Antenna Inputs: This unit is equipped with a built-in AM antenna. External FM wire and AM loop antennas are also included. The FM antenna input on the back of the radio is a threaded coaxial jack (75Ω) and the AM antenna input has spring terminals. When using the external AM antenna, first disconnect the internal antenna from the spring terminals.
Speakers/Amplifier: The Recepter features wide-range drivers, specifically designed for this radio, with a rear-firing ports to enhance the bass output. These high-performance speakers are coupled with an actively-equalized amplifier that uses Boston BassTrac circuitry for full, satisfying sound, even at low volume. The result is a unit that delivers smooth, natural response and room-filling sound despite its small size. When placed near a wall the bass may be too pronounced, in this case the bass trim function can be used to turn the bass down.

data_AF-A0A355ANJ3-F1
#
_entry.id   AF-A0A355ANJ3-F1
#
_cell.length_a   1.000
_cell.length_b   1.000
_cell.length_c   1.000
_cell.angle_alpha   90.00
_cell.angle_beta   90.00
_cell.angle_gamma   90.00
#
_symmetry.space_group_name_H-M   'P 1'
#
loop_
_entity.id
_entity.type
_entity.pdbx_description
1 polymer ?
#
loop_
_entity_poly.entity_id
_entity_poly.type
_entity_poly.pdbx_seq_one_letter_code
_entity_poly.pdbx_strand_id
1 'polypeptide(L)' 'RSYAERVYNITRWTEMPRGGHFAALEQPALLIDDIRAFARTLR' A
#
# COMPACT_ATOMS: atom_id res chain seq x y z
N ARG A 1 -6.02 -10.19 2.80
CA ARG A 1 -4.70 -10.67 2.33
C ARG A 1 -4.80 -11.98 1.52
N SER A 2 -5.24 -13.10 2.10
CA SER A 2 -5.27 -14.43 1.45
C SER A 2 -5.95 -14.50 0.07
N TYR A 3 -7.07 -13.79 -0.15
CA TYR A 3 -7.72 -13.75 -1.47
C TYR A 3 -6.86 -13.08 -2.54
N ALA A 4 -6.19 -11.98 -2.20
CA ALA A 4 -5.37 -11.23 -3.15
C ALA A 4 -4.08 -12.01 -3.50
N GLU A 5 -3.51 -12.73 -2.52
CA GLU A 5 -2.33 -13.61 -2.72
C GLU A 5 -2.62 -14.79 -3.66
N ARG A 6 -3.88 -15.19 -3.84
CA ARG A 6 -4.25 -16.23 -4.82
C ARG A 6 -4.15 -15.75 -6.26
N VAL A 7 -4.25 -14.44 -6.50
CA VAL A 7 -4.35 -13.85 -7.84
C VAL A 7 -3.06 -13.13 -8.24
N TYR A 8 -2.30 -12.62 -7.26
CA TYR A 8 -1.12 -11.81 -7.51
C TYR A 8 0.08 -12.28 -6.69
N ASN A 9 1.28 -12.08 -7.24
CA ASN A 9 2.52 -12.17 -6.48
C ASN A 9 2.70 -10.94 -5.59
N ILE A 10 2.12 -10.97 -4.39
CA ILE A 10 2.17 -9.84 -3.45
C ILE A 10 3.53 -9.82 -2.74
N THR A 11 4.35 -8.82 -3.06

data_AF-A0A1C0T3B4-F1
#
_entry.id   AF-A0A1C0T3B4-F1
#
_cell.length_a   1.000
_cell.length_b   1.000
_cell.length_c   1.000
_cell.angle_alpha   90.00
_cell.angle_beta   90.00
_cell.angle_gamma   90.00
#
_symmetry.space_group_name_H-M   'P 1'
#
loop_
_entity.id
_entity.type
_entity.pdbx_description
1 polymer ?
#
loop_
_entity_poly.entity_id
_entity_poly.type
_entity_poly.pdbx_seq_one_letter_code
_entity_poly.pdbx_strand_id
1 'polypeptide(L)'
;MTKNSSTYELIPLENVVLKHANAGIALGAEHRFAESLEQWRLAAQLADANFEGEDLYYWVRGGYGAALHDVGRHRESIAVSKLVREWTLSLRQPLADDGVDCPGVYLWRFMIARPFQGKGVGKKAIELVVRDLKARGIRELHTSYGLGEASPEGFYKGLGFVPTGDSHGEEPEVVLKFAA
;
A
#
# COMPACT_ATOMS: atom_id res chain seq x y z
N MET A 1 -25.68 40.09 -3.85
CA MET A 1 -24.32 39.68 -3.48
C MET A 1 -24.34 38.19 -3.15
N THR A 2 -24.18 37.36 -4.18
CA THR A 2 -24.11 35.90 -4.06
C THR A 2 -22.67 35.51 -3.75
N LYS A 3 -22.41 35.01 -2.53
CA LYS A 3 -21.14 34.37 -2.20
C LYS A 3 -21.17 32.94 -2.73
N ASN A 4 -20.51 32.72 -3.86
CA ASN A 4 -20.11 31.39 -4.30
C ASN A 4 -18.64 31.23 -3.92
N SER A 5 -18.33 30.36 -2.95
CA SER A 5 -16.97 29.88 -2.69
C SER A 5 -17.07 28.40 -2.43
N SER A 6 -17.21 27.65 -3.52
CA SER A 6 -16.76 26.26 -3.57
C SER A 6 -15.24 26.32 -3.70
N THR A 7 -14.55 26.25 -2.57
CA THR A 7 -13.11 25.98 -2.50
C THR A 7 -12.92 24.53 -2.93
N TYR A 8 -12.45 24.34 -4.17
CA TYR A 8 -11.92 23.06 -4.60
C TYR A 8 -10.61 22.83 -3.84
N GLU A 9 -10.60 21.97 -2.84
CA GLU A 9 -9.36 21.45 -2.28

Display: The unit's large easy-to-read display clearly shows the station frequency, preset number, HD radio text information, clock, and alarm/sleep status. If desired, the display can be dimmed. The display dimensions are 2-1/2" wide and 1-1/4" high.
Dual Alarms: The radio features two independent wake-up alarms, each of which can be set to music or tone. When the alarm sounds, the snooze function will silence the alarm for 10 minutes. If you push the snooze button again within 3 seconds, you can add another 5 minutes to the snooze time, up to a maximum of 60 minutes.
Sleep Timer: You can set the unit's sleep timer to play the radio for a preset amount of time, then turn itself off. The sleep timer can be set for 10, 20, 30, 40, 50, or 60 minutes.
Auxiliary Input: A mini-jack input (1/8") on the back of the radio allows you to play an external source through the Recepter.
Headphone Output: There is mini-jack (1/8") headphone output on the back of the radio. When headphones are plugged in the speakers are muted.
Satellite Speaker: The included second speaker completes a two channel stereo system. The satellite speaker is connected to the main radio using the attached 20" cable which terminates with a male RCA plug. A 10' RCA extension is also included to offer greater placement flexibility and improve stereo separation.